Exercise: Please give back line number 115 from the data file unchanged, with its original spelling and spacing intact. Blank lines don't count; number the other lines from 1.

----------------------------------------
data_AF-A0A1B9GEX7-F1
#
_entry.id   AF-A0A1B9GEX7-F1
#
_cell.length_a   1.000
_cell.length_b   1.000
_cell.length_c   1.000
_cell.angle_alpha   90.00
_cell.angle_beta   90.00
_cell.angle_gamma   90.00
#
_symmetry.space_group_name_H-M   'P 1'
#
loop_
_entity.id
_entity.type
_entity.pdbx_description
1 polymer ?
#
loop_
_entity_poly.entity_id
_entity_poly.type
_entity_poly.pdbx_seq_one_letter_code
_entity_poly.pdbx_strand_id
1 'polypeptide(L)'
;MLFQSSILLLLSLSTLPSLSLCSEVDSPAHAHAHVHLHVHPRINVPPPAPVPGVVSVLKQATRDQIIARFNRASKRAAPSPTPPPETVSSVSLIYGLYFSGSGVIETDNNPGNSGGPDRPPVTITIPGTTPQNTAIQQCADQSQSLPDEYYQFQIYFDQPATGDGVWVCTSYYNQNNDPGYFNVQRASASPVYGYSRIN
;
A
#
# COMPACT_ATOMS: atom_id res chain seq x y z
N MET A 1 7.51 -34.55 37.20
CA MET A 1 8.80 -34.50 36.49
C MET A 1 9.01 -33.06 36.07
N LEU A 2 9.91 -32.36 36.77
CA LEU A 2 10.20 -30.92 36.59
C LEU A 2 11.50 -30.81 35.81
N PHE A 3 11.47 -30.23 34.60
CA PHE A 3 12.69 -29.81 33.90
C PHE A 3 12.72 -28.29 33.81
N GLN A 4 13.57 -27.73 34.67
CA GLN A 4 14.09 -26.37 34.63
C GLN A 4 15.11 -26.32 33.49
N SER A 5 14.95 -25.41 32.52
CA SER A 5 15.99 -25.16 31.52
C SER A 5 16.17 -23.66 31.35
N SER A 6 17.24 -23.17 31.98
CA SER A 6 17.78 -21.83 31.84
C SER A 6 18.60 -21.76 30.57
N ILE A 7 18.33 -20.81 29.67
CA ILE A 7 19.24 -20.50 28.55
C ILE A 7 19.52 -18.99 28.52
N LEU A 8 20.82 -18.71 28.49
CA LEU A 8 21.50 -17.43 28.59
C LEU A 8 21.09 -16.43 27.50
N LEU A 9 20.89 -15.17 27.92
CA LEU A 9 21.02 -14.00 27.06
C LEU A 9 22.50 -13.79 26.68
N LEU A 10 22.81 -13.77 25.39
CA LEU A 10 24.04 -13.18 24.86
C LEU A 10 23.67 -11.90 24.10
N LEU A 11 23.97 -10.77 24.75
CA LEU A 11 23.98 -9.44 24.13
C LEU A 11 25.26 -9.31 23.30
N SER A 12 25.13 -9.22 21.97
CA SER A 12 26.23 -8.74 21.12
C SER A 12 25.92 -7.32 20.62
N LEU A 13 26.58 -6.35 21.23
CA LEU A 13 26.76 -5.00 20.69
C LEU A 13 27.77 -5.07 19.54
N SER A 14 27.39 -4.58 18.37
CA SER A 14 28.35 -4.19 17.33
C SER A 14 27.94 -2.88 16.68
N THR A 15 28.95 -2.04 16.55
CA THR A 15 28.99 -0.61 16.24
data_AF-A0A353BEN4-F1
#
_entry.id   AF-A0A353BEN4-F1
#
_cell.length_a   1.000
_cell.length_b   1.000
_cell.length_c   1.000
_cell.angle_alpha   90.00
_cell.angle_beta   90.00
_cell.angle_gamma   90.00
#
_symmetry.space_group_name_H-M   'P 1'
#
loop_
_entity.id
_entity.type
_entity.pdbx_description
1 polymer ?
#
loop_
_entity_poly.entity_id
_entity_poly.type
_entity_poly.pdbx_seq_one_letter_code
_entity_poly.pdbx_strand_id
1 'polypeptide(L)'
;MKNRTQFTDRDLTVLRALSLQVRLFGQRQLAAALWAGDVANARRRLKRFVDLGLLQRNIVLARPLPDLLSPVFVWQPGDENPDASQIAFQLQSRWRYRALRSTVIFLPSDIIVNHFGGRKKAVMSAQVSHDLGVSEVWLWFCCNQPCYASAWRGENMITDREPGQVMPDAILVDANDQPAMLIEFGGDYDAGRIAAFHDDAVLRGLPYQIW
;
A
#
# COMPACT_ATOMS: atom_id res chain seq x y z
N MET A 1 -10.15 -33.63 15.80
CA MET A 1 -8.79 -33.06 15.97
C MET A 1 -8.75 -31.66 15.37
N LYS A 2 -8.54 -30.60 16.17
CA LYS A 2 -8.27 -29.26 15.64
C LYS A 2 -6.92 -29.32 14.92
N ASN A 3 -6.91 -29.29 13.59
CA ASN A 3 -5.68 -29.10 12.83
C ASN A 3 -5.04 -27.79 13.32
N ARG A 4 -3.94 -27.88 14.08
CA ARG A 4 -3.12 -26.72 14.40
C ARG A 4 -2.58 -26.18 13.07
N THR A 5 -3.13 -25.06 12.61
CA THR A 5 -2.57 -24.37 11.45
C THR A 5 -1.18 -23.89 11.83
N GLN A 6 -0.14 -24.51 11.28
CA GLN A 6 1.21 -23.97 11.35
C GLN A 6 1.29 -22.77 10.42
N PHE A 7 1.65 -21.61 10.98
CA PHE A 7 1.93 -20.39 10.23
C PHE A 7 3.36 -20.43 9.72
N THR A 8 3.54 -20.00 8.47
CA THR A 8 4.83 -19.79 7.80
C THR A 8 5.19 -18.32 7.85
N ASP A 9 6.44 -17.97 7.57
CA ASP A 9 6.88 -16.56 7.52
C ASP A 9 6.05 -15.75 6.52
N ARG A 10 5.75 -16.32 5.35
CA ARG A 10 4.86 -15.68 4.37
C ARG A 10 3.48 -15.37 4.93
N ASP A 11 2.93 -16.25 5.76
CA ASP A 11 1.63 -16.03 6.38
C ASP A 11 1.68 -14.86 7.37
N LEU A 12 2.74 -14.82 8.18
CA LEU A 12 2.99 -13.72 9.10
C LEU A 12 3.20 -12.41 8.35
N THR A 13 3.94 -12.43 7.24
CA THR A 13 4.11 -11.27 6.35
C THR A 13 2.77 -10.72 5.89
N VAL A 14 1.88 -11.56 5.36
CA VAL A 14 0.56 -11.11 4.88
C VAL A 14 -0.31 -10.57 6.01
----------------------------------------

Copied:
CA ARG A 4 -3.12 -26.72 14.40